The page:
Today I am happy because today I weigh less than yesterday. Any day you catch me in a particularly good mood, it’s because I’ve dropped a kilo (more than two pounds!) overnight. If everything in my life is going really well but I’ve had a tiny gain – I feel miserable.
How long I have been obsessed with the scale
It didn’t always used to be this way. In my youth I would weigh myself very infrequently, maybe once every couple of weeks. I had only a general idea of what my weight was. It all started when I hit the age of 27. I’d gained a little bit of weight and I purchased a cheap set of scales to encourage myself to bring my weight down.
I weighed myself every day, often twice a day – and sure enough, I was able to gauge what I ate more clearly. I noticed how much the scales fluctuate; if I ate a big dinner one night it would show up as a higher number the next day. Sometimes my weight dropped big numbers overnight for seemingly no reason – sometimes there’d be an equally mysterious gain.
When I gave up my obsession
I was a yo-yo dieter and it was making me miserable. My weight always fluctuated about 10 kilos (22 pounds) and when it was at the higher end of the spectrum – I would get very depressed. I realised that I had come to a point where the scales were my enemy. If the number was low, I would eat to ‘reward’ myself. If the number was high, I would eat out of depression.
I started to read a great blog called Oh She Glows. It’s written by vegan author, photographer and blogger Angela Liddon. She spoke about her past obsessions with food and how she managed to stop obsessing over a number and started to concentrate on her health. You can read her inspiring story here. She describes her eating disorder as, “it was like a storm cloud hovering over me for years.” Her obsession with her weight was not helping her be healthier.
I decided to do the same and I gave up weighing myself obsessively – allowing my weight to go down naturally. I also adopted a vegan diet, and I started to listen to my body. My weight stabilized and it’s now about 65 kilos (143 pounds).
When I went back to my obsession
Recently after some fighting with my partner, I had gained a small amount of weight, so I went back to weighing myself daily. In these few short days of really watching my diet, I have lost the weight I gained. I am remembering just how careful I have to be to see a result on the scale. Even a few hundred calories extra can make a difference.
Those who love the scale
Lots of people swear by regular weigh-ins. Jazmine Denise Rogers blogs about her successful weight loss, “Finally fed up with living this way, I went out, purchased a scale. I committed to weighing myself first thing every morning. This actually turned out to be one of the best decisions I’d ever made. Since taking on the task of weighing myself daily I’ve dropped 11 pounds. Knowing that I had to face that number no matter how high or low made me somewhat accountable to myself and helped me to make better diet and nutrition choices. The best part about it is that I’m not on diet, just fostering better lifestyle habits.”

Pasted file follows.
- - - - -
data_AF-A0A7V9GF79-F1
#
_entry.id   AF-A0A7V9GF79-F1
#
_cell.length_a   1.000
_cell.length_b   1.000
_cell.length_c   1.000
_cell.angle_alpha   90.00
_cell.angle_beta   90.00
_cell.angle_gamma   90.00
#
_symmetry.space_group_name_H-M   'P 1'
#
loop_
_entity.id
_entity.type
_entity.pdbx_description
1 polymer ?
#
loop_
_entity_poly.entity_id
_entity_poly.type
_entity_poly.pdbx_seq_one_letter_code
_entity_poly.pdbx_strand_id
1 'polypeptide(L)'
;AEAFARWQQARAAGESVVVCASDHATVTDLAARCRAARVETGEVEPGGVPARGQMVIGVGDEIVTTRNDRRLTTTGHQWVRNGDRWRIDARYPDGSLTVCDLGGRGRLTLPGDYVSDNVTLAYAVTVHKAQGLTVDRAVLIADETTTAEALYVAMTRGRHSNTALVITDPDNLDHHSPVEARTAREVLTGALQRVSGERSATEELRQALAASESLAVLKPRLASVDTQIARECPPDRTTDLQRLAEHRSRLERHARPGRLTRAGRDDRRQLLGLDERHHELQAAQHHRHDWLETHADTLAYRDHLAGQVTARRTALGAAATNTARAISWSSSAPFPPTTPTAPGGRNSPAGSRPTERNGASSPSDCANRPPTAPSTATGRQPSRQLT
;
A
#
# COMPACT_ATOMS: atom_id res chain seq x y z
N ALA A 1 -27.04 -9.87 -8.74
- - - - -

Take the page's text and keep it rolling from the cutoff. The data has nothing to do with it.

A study of more than 4,000 women aged 40-65 published in Preventative Medicine in 2007 looked at the relationship between frequency of self-weighing and body mass index. They actually found that weighing yourself more frequently is associated with greater weight loss.
Another study, published in the International Journal of Obesity in 2006 and blogged about by James Beckerman, M.D., found that female freshman who were instructed to weigh themselves every morning as part of the study were able to keep from adding pounds at a time when many of their peers were gaining weight.
Those who warn against the scale
Not everyone is a fan of being a slave to the number on the needle: “My goal with recovery was to get back to that fun place with food and fitness. Instead of telling myself I have to be x weight or eat x calories, now I do things that bring me pleasure and make me feel good physically and emotionally. I don’t count calories. I don’t weigh myself. I don’t read beauty magazines. I eat food that makes me feel good.” Angela Liddon, Oh She Glows.
“Regular self-weighing has been a focus of attention recently in the obesity literature. It has received conflicting endorsement in that some researchers and practitioners recommend it as a key behavioural strategy for weight management, while others caution against its use due to its potential to cause negative psychological consequences associated with weight management failure. The evidence on frequent self-weighing, however, has not yet been synthesized.” The Impact of Regular Self-weighing on Weight Management: A Systematic Literature Review.
Here is a list from Merrit Athletic of reasons why the scale can sometimes paint an improper picture of your health.
- Scale can be inaccurate
- You fluctuate daily
- Muscle weighs more than fat
- Measurements are more accurate
- Swelling after the gym
- Scale doesn’t indicate changes to heath, such as increased fitness
I am not a number, accepting myself no matter what I weigh
These days I do weigh myself daily and I have to admit that I still get depressed when the number is higher than I want it to be. However, I may be doing a good thing, according to The Impact of Regular Self-weighing on Weight Management study: “Based on the consistency of the evidence reviewed, frequent self-weighing, at the very least, seems to be a good predictor of moderate weight loss, less weight regain, or the avoidance of initial weight gain in adults.”
Weighing every day an effective tool for weight loss? What are your thoughts?